Feast of the Return of the Goddess (Persephone/Kore)
Flood rises — and the waters bear her up,
out of unknown caves, through a hidden lake.
Earth quickens as her first tentative step;
meadow flowers whisper, “awake, awake!”
Grasses spring up, pushing between her toes.
Frozen ground turns to mud beneath her heel.
Once-sleeping blossoms blow open like eyes.
Delicate petals unfurl on the rose.
Pond awakens with carp, sunny and eel,
shattering the last of its winter guise.
Maiden meets her mother beneath apples.
Aromatic blooms incensing bright air.
Leaves shadow ground with Sun-and-shad dapples.
Wind tremors and shimmers goddesses’ hair.
How tight, how fierce, how loving that embrace!
First since abduction, first since divine threat.
No words spoken as nature rejoices.
Yet deep sorrow appears on mother’s face
to see her daughter with eyes and cheeks wet—
and six seeds clutched tight: the maiden’s choices.
Maiden proves Mother, and Mother ages;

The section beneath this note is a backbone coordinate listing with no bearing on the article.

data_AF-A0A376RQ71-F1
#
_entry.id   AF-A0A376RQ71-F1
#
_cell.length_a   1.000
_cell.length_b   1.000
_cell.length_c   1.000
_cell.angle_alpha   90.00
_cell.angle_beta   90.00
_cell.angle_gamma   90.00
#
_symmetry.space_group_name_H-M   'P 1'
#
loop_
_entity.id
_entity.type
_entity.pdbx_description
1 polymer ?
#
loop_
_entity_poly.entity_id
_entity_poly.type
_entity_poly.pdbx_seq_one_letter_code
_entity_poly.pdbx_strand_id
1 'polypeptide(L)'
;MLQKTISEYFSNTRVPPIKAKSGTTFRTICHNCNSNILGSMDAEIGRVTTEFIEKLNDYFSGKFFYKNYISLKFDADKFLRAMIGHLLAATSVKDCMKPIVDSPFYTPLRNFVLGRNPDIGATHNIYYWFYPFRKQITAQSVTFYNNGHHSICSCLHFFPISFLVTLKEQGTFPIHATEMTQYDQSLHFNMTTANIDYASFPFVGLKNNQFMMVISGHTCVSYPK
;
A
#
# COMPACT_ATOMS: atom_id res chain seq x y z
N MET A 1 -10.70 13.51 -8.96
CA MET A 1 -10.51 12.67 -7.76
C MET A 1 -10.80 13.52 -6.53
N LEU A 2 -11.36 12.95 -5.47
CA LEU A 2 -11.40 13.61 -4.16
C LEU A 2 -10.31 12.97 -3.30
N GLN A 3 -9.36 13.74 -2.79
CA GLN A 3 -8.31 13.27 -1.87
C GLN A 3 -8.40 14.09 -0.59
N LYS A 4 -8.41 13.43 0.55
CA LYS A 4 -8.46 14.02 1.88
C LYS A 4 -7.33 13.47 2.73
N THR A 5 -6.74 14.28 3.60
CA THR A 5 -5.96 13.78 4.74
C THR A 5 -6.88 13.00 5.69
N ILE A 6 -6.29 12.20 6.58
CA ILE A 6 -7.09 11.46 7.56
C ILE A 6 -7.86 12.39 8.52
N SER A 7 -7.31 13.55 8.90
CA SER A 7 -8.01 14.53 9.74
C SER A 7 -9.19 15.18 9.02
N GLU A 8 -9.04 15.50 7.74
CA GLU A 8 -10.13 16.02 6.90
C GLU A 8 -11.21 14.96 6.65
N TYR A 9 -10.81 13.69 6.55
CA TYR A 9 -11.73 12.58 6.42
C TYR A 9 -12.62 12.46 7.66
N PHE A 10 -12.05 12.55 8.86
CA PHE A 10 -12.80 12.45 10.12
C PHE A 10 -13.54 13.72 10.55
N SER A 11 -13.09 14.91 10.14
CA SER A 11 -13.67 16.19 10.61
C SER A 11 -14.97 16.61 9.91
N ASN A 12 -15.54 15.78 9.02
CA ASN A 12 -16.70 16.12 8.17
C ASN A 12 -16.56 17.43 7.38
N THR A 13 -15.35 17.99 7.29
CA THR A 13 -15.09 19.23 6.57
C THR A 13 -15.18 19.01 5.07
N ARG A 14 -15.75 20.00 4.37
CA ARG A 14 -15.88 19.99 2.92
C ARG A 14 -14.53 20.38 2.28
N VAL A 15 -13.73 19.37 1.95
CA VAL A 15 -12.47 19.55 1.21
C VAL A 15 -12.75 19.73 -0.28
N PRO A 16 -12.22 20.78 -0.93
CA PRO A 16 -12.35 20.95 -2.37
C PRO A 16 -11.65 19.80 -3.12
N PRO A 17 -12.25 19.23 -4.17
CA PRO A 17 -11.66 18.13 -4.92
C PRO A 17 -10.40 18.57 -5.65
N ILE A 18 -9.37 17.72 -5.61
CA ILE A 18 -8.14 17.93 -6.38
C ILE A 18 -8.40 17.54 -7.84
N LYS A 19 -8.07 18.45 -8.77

youth renews earth, and Earth becomes older.
Wind lashes orchard as crone rages.
Breeze-borne petals scatter, turn brown, moulder,
and leave a place where apples may grow ripe.
Life arises only where death walked by,
as plough-wounded ground is healed by new grain.
Thus goddess, returning, shows a new shape,
and Mother and Daughter both laugh and cry
at rising of daisies, and falling rain.
The tale goes that when Hades released Persephone, he sent her along an underground river from Hades to a lake in Sicily. Hence, Sicily is called Persephone’s Island — fitting for a tremendously fertile island wracked by a history of violence and death.